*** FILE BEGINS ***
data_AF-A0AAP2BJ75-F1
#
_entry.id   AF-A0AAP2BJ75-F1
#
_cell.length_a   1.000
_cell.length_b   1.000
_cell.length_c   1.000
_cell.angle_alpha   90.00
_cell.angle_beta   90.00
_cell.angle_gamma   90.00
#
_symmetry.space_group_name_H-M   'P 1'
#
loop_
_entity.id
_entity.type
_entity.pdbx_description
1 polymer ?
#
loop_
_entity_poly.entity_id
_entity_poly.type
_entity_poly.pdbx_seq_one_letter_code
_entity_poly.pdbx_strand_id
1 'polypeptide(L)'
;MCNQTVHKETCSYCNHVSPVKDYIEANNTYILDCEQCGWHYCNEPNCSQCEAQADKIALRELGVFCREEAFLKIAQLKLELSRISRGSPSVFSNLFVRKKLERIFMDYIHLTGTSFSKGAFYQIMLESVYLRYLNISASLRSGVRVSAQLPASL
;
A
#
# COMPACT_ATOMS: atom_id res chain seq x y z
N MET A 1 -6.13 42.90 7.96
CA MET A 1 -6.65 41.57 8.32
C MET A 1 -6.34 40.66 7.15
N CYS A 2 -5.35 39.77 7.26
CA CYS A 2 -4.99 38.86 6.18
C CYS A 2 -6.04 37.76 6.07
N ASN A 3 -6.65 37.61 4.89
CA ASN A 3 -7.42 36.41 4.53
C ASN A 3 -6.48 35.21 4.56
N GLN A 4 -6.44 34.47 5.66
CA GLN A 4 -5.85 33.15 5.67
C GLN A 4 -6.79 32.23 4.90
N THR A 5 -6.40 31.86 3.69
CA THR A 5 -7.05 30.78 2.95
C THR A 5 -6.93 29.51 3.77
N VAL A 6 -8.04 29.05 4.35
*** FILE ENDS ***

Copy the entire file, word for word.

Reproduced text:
data_AF-A0AAP2BJ75-F1
#
_entry.id   AF-A0AAP2BJ75-F1
#
_cell.length_a   1.000
_cell.length_b   1.000
_cell.length_c   1.000
_cell.angle_alpha   90.00
_cell.angle_beta   90.00
_cell.angle_gamma   90.00
#
_symmetry.space_group_name_H-M   'P 1'
#
loop_
_entity.id
_entity.type
_entity.pdbx_description
1 polymer ?
#
loop_
_entity_poly.entity_id
_entity_poly.type
_entity_poly.pdbx_seq_one_letter_code
_entity_poly.pdbx_strand_id
1 'polypeptide(L)'
;MCNQTVHKETCSYCNHVSPVKDYIEANNTYILDCEQCGWHYCNEPNCSQCEAQADKIALRELGVFCREEAFLKIAQLKLELSRISRGSPSVFSNLFVRKKLERIFMDYIHLTGTSFSKGAFYQIMLESVYLRYLNISASLRSGVRVSAQLPASL
;
A
#
# COMPACT_ATOMS: atom_id res chain seq x y z
N MET A 1 -6.13 42.90 7.96
CA MET A 1 -6.65 41.57 8.32
C MET A 1 -6.34 40.66 7.15
N CYS A 2 -5.35 39.77 7.26
CA CYS A 2 -4.99 38.86 6.18
C CYS A 2 -6.04 37.76 6.07
N ASN A 3 -6.65 37.61 4.89
CA ASN A 3 -7.42 36.41 4.53
C ASN A 3 -6.48 35.21 4.56
N GLN A 4 -6.44 34.47 5.66
CA GLN A 4 -5.85 33.15 5.67
C GLN A 4 -6.79 32.23 4.90
N THR A 5 -6.40 31.86 3.69
CA THR A 5 -7.05 30.78 2.95
C THR A 5 -6.93 29.51 3.77
N VAL A 6 -8.04 29.05 4.35